Criminological Theory (Graduate)
Criminal Justice 406
Fall 2006
Temple University

on the web at:
instructor main web site: 

Date of last update: 12/16/2006

What is Criminology?
"Criminology is the study of law making, law breaking, and social reaction to law breaking."
--Edwin Sutherland.


Important information updates will appear in this box

12/19- grades being turned in - memos with details posted - go to memo page - individual emails forthcoming later today

12/5/06 Memo posted from last week about Hawkins, plus the text for the exercise and the "answers"

11/28/06 If you go to the Discussion Boards section of the course Blackboard page, you can post responses to some integrative questions listed there. These are meant to be examples of the kinds of questions that might show up on the second in class exam. These possible questions (and others) also are posted on a memo page here if you just want to look at those and not see what others are saying.

11/25/06 Schlegel and Braithwaite memos added

11/9/06 - questions for Schlegel fixed

11/06/06 - several memos added

10/23/06 Book assignments finalized.

10/17/06 2 Anderson items added - go to memos

10/16/06 -  memo - more directions on specific General Theory of Crime Topics

10/7/06 - first midterm results posted - go to memos

10/3/06 - no office hours this morning

9/25/06  memos from last couple of weeks now available under memos; some questions have been added for thinking about with the first mid-term; grading rubric also posted; go to memos page

9/4/06 Questions posted for Coser and Black. Suggest you read Coser first.

8/29/06 Handout linked for today's class - go to memos - you will be provided a copy in class

Classroom structure  
Attendance Expectations  
Your Grade  
Grading policies  
Sequence of Topics and Readings  
List of BOOKS to buy - alpha by author and in order assigned  
Recommended readings for the future  
Other sites on theory and criminological theory you may find useful (under construction)  
Who's who - link dropped  
LINKS TO QUESTIONS for readings and exams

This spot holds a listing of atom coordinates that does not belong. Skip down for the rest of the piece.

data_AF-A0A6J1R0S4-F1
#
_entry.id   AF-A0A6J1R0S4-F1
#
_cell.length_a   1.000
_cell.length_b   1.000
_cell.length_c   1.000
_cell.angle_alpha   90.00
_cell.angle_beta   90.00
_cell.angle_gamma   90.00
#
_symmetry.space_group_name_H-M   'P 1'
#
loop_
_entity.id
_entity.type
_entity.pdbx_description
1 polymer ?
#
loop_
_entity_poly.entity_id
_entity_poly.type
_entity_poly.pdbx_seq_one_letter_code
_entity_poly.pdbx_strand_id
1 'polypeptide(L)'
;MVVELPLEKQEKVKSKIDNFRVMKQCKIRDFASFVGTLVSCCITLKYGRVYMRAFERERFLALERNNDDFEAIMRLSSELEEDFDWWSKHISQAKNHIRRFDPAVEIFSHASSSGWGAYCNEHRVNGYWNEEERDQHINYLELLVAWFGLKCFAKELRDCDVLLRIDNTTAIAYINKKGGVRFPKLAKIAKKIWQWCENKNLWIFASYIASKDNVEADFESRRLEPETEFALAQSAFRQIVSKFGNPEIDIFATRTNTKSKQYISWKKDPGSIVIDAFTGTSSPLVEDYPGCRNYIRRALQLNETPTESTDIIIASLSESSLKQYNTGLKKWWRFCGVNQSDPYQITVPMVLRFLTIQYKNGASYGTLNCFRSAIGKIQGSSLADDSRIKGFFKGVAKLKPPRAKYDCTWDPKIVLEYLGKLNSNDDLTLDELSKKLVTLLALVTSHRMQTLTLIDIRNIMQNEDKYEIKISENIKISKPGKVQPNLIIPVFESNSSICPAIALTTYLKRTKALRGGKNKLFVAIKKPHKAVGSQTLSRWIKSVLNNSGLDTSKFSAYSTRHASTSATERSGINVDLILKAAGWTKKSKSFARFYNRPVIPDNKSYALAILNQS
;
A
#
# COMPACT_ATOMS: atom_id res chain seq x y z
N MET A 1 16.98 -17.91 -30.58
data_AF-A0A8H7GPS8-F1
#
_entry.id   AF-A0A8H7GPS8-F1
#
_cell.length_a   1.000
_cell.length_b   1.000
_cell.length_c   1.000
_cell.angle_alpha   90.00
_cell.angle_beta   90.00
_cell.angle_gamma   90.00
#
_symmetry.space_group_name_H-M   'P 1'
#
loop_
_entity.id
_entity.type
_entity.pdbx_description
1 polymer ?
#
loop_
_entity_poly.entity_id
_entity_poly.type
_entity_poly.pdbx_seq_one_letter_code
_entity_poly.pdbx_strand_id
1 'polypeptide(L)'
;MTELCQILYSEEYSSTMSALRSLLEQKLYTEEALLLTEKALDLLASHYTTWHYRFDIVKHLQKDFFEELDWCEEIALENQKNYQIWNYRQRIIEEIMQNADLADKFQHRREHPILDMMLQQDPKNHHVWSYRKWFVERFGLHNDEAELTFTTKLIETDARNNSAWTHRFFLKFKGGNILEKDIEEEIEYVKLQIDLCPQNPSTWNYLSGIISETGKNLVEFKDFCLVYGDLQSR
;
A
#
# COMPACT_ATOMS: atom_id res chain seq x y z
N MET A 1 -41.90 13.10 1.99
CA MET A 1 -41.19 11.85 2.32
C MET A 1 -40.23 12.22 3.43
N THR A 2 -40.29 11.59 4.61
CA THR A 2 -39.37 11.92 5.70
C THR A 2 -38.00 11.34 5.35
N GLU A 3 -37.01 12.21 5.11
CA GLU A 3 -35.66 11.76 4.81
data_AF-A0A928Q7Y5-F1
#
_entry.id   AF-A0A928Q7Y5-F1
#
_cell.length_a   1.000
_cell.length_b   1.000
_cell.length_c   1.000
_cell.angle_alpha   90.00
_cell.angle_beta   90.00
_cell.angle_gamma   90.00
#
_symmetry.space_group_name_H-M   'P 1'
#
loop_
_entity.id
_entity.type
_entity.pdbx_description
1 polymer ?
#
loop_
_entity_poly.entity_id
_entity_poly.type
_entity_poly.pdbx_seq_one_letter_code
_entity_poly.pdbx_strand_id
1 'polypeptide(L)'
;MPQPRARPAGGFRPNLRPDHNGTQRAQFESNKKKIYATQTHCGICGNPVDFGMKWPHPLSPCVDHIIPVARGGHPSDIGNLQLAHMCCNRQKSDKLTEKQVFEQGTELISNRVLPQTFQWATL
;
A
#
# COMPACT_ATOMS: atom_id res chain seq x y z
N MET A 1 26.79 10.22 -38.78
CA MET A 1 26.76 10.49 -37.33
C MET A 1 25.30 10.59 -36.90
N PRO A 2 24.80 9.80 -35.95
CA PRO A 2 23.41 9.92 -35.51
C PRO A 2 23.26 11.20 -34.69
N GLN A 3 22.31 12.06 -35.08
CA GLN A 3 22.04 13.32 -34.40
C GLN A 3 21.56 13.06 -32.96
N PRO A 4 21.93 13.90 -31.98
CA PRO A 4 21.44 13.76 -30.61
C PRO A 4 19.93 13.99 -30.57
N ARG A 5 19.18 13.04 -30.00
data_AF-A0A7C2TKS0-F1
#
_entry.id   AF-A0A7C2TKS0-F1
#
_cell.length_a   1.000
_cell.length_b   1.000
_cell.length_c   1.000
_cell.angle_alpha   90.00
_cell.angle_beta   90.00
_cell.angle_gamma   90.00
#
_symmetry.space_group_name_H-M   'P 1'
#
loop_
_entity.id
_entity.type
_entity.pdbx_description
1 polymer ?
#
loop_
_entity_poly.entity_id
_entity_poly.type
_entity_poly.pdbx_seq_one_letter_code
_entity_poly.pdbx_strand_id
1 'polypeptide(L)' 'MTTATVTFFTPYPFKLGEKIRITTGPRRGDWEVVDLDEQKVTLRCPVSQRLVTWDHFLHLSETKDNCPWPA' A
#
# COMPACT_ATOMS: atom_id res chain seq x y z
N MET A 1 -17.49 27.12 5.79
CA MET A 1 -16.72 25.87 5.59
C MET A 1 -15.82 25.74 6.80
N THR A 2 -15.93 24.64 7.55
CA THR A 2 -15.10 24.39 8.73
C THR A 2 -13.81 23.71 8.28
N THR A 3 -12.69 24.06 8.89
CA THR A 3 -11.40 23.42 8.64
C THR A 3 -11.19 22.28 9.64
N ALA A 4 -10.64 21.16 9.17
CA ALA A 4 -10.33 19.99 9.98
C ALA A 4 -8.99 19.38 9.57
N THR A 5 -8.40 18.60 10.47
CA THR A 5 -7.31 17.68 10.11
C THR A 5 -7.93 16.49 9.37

Paper assignment

Usage policies and legal notice for WEB pages. Unless otherwise indicated, all materials on this WEB page and linked WEB pages at the addresses are the sole property of Ralph B. Taylor and © 1999-2006 by Ralph B. Taylor. None of the opinions expressed on any of these WEB pages represent the opinions  of Temple University or Temple University's Department of Criminal Justice. The only viewpoint presented in these and other WEB pages is that of R. B. Taylor. All these WEB pages were converted from text pages and created as WEB pages by R. B. Taylor in his spare, discretionary time and not as part of required instructional activities, but rather as potential instructional enhancements. As part of his required instructional activities, R. B. Taylor has created paper, non-hyperlinked copies of these pages, and those will be distributed to all enrolled students. Further, the preparation and storage of all these WEB pages did not and does not involve Temple University resources in any manner. All users have the right to freely access and copy these WEB pages provided that they: acknowledge the source, do not make changes on any pages, and do not charge more than copying costs for distribution.  Further, all users by accessing this WEB page or any linked WEB pages in the domain or outside of it, do hereby explicitly and unconditionally indemnify the author of each accessed WEB page, including those in the domain, and all other domains linked to these pages,  from any and all liabilities or claims of damage arising from any variety of defects, inaccuracies, or misrepresentations appearing therein, or arising from trauma or suffering experienced as a result of exposure to any materials taken to be offensive, insensitive, unpatriotic, ill-conceived or otherwise distasteful; or from any uses to which these materials are put.